I joined an investment group in Geneva, where every week I was driving back and forth between that city and Beaune, the capital of Burgundy. I learned about the wine world. That’s wasn’t my first introduction to it. Back in 1956, during one of our family trips we visited Périgueux, an epiphany for me.

We were in a white tablecloth restaurant. I was 13; my brother was 15. My father wanted to baptize us in what fine wine and fine food represent. We enjoyed Foie Gras, a delicacy of the French. It was one of those epiphanies that clicked in my brain – rich food with rich wine, the right wine, matter.

Another snippet from my past — when I was at the airport in Paris prepared to catch a flight to Geneva. Wait, I was told, there are no planes in and out due to a fire. The traffic around the city was completely paralyzed — a four-lane highway underneath the airport was blocked in both directions. A short in the electrical wiring was the culprit that impacted the entire system over Europe.

The engineers who designed that airport never thought about what could happen. Don’t trust what’s fashionable. Don’t trust mental projections of fools. Details matter.

Everything matters and explains what came later and why.

Peggy had a disdain for big business, and the decision to be fully independent and forge our own path stemmed from her watching me working nonstop, spending days without seeing our family.

“You should do something you should really like,” she suggested.

We were drawn to Williamsburg, where we had previously visited. After an exhaustive search of 52 farms, we found this one — 300 acres alongside a creek where an agricultural business could blossom, a large parcel of land that we called Wessex Hundred, as the use of “Hundred” to name a property dates back to the Colonial era and describes parcels of land sufficient to support 100 families regardless of actual acreage. With several oversized barns in the middle of the property, amid hundreds of trees impressive in size, with the James River in our view, we went to work on a vision that no one else shared.

The steps to planting our first grapes in 1985, releasing the first wine in 1988 and earning our first Virginia Governor’s Cup in 1990 are detailed in a series of blog posts. Sharing my history and the history that came before that, adds a layer of context that permeates every step along the way of this 40-year journey.

The green space at Wessex Hundred reminds me of the woods where my uncle shared from his youth. The fresh food complemented by quality wine our patrons enjoy sitting under the wisteria at the Gabriel Archer Tavern take me back to that elegant meal in Périgueux.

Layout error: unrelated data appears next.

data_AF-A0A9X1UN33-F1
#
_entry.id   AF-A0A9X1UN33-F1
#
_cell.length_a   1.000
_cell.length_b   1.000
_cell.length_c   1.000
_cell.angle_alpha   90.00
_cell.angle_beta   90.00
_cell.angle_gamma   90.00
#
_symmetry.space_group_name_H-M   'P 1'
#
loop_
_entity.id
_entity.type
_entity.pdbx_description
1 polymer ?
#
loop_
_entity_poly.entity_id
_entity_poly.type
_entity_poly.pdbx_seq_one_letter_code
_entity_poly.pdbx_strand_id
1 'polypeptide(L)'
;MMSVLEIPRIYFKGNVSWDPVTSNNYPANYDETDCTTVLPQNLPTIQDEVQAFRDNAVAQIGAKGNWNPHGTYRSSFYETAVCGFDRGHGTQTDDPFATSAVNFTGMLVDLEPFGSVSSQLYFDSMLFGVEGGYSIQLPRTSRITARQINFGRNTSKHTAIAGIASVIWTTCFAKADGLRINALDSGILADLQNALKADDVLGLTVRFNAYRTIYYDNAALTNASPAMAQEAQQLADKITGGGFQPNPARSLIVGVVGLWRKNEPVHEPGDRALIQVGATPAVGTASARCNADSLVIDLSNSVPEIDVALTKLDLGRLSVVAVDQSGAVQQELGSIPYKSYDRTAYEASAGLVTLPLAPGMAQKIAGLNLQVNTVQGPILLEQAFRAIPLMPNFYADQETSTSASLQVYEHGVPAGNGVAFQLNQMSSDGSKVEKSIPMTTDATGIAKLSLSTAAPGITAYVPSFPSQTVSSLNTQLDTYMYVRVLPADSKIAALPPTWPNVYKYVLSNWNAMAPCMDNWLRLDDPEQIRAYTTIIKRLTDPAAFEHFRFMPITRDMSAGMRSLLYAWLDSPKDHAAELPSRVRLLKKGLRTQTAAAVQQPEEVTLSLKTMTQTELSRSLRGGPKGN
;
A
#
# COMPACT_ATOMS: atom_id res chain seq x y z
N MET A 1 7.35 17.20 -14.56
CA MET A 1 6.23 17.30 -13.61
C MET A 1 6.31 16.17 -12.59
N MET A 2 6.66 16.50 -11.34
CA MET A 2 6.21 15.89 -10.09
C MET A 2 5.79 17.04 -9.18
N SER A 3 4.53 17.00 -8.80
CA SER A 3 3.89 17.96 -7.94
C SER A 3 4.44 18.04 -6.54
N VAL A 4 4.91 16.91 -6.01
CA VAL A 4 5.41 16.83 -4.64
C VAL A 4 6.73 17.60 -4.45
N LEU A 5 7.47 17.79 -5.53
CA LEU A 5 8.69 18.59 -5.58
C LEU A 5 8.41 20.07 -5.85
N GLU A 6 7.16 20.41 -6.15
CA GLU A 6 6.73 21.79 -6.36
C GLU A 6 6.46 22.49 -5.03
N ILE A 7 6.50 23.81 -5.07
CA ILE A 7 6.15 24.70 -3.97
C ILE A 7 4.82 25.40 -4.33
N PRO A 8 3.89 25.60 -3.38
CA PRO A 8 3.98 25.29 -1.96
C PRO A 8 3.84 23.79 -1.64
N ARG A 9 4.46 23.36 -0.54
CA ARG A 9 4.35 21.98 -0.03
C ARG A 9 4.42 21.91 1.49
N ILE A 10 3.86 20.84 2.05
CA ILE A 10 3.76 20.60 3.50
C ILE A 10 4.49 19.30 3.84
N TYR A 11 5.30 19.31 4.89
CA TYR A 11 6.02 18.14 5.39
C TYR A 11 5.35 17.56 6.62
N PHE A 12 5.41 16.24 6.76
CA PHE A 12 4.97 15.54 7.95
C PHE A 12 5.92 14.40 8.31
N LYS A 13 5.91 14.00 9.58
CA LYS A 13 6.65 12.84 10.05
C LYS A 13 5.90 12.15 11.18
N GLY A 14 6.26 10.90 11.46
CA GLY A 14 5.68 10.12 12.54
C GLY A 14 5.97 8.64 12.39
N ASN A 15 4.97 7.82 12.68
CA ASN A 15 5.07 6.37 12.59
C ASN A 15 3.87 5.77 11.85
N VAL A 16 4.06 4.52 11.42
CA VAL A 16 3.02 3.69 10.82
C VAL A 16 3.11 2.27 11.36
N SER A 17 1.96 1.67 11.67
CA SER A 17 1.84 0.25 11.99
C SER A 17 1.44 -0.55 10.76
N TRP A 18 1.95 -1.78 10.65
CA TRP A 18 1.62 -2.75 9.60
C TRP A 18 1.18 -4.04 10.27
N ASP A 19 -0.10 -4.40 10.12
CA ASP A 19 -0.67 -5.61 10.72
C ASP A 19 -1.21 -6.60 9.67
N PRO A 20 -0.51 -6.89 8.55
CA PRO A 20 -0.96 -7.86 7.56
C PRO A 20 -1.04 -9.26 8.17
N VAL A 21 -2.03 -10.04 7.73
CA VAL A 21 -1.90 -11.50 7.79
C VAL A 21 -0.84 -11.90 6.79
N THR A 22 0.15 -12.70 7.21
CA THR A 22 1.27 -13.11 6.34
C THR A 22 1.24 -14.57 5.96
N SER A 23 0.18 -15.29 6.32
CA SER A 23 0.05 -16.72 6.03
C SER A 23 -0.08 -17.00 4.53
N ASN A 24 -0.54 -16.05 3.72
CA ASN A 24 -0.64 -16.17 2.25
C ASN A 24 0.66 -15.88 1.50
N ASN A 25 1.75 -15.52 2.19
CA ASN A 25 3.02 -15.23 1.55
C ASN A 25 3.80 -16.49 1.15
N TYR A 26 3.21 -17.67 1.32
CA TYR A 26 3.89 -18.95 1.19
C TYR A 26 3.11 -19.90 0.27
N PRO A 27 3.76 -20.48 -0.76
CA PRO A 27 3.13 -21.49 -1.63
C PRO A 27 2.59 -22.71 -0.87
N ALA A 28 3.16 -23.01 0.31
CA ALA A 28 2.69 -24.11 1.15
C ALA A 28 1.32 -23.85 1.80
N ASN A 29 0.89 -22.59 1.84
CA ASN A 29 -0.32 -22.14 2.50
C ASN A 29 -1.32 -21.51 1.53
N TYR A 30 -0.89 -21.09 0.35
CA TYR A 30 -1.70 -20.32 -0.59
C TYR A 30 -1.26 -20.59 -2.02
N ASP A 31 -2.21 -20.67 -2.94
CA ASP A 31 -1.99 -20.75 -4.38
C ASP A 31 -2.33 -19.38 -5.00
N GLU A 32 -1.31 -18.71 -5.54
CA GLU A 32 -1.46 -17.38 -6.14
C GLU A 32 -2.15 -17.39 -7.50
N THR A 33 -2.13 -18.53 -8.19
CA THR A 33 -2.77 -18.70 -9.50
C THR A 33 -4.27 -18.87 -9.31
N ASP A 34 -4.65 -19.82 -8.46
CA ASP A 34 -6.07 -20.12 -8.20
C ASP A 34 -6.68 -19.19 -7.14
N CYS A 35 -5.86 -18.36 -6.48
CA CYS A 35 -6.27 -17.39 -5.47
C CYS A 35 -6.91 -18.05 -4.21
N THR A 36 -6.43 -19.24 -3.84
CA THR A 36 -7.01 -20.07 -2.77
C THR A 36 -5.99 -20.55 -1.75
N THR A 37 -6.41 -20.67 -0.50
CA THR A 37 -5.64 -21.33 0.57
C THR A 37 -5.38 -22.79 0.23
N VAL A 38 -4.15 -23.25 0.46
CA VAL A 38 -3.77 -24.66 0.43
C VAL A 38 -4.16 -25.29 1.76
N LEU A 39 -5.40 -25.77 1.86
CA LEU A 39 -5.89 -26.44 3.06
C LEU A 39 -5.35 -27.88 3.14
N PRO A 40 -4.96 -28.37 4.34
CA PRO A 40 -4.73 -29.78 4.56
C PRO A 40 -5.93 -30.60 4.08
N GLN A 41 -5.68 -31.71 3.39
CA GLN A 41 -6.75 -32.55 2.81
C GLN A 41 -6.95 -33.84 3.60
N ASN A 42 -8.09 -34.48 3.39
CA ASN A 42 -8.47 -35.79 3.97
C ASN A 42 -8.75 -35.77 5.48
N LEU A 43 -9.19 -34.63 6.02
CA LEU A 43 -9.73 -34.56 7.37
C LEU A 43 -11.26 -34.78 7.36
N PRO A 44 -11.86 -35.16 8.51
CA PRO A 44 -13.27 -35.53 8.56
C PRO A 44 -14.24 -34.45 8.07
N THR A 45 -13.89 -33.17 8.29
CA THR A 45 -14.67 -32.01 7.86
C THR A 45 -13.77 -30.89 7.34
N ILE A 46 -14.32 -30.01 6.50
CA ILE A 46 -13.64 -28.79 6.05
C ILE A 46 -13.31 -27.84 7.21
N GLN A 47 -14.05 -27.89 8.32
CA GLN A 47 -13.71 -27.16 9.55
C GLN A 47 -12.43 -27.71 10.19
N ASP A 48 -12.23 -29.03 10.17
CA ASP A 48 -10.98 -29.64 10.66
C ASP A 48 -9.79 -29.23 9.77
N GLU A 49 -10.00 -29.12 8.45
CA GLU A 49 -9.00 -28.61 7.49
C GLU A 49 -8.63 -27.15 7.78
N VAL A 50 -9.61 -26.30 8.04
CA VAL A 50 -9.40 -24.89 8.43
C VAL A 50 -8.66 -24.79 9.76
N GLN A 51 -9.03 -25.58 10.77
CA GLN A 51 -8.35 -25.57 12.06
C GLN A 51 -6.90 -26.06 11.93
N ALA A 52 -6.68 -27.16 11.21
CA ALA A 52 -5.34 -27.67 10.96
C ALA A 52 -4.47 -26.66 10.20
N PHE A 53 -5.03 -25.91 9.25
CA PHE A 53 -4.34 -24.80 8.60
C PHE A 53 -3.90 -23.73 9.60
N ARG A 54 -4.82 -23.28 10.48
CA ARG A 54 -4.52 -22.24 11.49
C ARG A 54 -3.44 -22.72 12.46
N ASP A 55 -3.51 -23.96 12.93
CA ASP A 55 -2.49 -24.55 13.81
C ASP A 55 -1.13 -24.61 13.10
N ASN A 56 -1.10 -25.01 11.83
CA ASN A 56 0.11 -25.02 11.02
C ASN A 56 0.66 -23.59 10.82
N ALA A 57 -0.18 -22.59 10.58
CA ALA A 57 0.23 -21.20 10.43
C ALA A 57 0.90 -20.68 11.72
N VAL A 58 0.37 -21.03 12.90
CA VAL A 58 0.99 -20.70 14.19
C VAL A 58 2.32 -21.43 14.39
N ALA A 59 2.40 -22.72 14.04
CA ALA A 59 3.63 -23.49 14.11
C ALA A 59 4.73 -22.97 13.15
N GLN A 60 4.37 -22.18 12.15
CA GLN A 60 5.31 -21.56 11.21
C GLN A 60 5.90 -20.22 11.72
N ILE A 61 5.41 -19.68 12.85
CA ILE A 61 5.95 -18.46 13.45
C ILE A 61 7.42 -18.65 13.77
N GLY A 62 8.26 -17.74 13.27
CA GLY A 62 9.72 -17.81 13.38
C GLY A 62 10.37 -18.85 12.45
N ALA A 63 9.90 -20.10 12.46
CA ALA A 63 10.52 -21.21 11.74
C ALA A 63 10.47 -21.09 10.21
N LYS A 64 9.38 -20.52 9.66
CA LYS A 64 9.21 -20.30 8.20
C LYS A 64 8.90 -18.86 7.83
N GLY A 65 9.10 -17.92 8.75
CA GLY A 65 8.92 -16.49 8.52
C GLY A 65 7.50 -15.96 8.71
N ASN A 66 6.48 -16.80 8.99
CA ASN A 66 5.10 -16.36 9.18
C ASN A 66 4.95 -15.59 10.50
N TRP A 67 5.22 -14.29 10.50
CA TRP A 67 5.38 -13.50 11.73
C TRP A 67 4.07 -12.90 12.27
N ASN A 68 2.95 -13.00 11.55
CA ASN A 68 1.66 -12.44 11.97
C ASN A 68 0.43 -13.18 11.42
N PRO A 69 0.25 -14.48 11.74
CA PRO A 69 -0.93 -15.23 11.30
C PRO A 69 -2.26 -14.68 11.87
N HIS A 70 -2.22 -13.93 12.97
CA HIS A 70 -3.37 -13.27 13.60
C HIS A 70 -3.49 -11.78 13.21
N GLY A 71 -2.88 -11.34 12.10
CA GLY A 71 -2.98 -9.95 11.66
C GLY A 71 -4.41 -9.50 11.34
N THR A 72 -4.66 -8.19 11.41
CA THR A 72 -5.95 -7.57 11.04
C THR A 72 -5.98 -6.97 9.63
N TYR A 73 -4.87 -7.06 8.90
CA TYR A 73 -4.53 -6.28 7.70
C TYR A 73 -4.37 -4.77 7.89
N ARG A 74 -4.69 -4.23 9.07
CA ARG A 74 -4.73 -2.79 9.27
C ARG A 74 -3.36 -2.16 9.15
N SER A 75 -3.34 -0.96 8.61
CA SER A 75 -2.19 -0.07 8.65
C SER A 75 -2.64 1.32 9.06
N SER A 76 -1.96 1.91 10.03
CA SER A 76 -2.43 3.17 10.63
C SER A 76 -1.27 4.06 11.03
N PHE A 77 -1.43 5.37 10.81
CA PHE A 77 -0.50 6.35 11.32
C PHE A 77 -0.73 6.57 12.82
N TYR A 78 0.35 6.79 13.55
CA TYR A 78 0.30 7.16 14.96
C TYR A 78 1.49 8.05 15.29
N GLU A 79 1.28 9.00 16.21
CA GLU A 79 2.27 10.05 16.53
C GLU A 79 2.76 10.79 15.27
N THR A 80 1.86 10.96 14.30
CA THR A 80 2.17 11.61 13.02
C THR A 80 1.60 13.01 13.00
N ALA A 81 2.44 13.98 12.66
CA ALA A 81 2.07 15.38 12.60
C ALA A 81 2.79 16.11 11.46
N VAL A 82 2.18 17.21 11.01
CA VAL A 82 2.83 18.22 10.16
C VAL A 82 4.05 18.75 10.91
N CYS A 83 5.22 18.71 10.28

The snarl at the Paris airport — what a mess you can have on your hands if you fail to account for everything that could happen. Be purposeful and intentional in what you do. We have strived to do that at Wessex Hundred, whether that be in the vineyards, as winemakers or as stewards to the environment.

History is our best teacher. Don’t overlook its wisdom. Learn it and even better, learn from it.

Patrick G. Duffeler, Founder

Meet our Leadership Team

Dr. Michael Weatherly

Chief Executive Officer

Meet Michael Weatherly, an accomplished individual who graduated from Virginia Wesleyan University in 2001 with a triple major in Psychology, Education, and Religious Studies. Demonstrating a commitment to continuous learning, he went on to obtain an MBA in 2005 and a Doctorate in Business Management in 2012 from the University of Phoenix.

Michael’s expertise extends across various industries, encompassing education, healthcare, tech consulting, innovation, sports, agriculture, wine, real estate, and nonprofit work. Beyond his business endeavors, he actively engages in philanthropy, particularly supporting veterans and those in need. His ownership of professional sports teams and involvement in agriculture and wine, including the establishment of Ecco Adesso Vineyards, exemplify his immersion in both the business and lifestyle aspects of these sectors.

In the summer of 2023, Michael Weatherly proudly became the CEO of The Williamsburg Winery, marking a new chapter in his diverse portfolio. This move is a result of his longstanding connection with Patrick Duffeler, further expanding his interests and ventures.

As a family-oriented traveler with a youthful spirit, Michael also serves as the Head Coach for Virginia Beach Little League. His multifaceted background reflects a passion for diverse fields, showcasing his lasting impact in academia, business, and community service.

Michael Kokolis